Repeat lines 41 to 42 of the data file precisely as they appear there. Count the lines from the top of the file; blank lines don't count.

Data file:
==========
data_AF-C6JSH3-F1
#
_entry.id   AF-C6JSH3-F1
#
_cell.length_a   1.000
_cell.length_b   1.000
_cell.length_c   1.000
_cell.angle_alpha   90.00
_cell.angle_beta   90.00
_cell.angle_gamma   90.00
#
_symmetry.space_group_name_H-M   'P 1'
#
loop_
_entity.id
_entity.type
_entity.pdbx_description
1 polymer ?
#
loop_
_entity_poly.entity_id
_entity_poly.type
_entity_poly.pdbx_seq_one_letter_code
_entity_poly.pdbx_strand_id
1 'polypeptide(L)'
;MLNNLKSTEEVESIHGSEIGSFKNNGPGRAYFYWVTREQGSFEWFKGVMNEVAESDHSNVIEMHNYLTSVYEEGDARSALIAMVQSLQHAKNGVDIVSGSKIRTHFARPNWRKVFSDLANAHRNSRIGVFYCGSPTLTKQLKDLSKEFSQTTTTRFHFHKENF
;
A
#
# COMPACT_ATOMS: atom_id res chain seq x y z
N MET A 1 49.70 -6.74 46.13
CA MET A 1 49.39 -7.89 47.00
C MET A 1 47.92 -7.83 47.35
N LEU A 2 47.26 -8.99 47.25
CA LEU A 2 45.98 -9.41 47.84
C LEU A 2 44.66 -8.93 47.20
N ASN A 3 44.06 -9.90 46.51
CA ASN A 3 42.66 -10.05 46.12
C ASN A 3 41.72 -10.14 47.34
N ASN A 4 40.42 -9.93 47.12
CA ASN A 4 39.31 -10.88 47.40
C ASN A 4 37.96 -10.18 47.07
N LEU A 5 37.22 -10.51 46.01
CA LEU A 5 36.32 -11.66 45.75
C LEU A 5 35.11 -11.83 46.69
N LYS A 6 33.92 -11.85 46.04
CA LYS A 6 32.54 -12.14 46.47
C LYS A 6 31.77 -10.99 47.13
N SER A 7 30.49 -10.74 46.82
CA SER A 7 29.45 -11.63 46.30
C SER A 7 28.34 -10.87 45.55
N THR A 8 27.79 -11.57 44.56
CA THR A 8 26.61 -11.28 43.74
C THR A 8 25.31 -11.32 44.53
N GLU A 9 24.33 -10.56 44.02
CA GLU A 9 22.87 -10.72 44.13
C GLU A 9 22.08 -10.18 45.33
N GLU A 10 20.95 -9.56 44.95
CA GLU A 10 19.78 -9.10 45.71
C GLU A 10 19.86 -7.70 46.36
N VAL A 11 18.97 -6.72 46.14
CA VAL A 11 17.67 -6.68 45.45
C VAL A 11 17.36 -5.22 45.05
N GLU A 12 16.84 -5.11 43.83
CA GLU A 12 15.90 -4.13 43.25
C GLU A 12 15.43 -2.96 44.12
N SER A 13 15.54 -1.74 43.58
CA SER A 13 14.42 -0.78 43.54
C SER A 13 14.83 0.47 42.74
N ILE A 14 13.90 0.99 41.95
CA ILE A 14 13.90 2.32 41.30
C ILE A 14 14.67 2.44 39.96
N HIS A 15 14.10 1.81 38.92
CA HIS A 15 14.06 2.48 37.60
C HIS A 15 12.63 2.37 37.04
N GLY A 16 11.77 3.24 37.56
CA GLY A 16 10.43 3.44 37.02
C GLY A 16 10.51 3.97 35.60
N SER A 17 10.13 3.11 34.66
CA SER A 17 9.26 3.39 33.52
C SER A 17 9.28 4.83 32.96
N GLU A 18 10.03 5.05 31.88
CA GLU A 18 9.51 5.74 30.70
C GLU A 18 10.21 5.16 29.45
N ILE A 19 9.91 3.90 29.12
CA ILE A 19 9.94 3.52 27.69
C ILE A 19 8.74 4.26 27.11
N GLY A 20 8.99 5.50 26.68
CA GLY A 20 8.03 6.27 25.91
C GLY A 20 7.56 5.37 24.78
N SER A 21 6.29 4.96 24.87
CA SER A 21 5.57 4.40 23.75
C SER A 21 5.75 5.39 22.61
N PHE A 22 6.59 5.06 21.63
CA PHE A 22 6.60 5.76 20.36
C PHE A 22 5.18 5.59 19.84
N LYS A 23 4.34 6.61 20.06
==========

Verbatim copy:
CA ASN A 4 39.31 -10.88 47.40
C ASN A 4 37.96 -10.18 47.07